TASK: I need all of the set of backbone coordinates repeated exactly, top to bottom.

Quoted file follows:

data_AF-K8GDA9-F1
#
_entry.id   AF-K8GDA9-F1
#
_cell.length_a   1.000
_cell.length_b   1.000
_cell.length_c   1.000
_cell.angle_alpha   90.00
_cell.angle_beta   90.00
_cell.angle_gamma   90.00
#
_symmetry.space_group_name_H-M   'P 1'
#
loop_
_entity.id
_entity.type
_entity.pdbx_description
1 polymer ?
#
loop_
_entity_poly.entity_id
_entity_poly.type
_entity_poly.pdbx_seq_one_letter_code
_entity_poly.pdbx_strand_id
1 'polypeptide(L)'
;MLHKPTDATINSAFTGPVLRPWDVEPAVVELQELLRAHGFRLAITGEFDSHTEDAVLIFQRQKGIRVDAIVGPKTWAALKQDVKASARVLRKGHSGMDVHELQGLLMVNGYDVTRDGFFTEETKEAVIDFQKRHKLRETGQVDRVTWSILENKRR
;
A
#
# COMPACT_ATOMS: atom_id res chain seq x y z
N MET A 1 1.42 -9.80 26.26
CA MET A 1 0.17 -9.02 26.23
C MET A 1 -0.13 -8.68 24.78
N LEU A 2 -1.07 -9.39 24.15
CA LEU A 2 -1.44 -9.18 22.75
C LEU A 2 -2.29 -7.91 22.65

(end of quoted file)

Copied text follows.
data_AF-K8GDA9-F1
#
_entry.id   AF-K8GDA9-F1
#
_cell.length_a   1.000
_cell.length_b   1.000
_cell.length_c   1.000
_cell.angle_alpha   90.00
_cell.angle_beta   90.00
_cell.angle_gamma   90.00
#
_symmetry.space_group_name_H-M   'P 1'
#
loop_
_entity.id
_entity.type
_entity.pdbx_description
1 polymer ?
#
loop_
_entity_poly.entity_id
_entity_poly.type
_entity_poly.pdbx_seq_one_letter_code
_entity_poly.pdbx_strand_id
1 'polypeptide(L)'
;MLHKPTDATINSAFTGPVLRPWDVEPAVVELQELLRAHGFRLAITGEFDSHTEDAVLIFQRQKGIRVDAIVGPKTWAALKQDVKASARVLRKGHSGMDVHELQGLLMVNGYDVTRDGFFTEETKEAVIDFQKRHKLRETGQVDRVTWSILENKRR
;
A
#
# COMPACT_ATOMS: atom_id res chain seq x y z
N MET A 1 1.42 -9.80 26.26
CA MET A 1 0.17 -9.02 26.23
C MET A 1 -0.13 -8.68 24.78
N LEU A 2 -1.07 -9.39 24.15
CA LEU A 2 -1.44 -9.18 22.75
C LEU A 2 -2.29 -7.91 22.65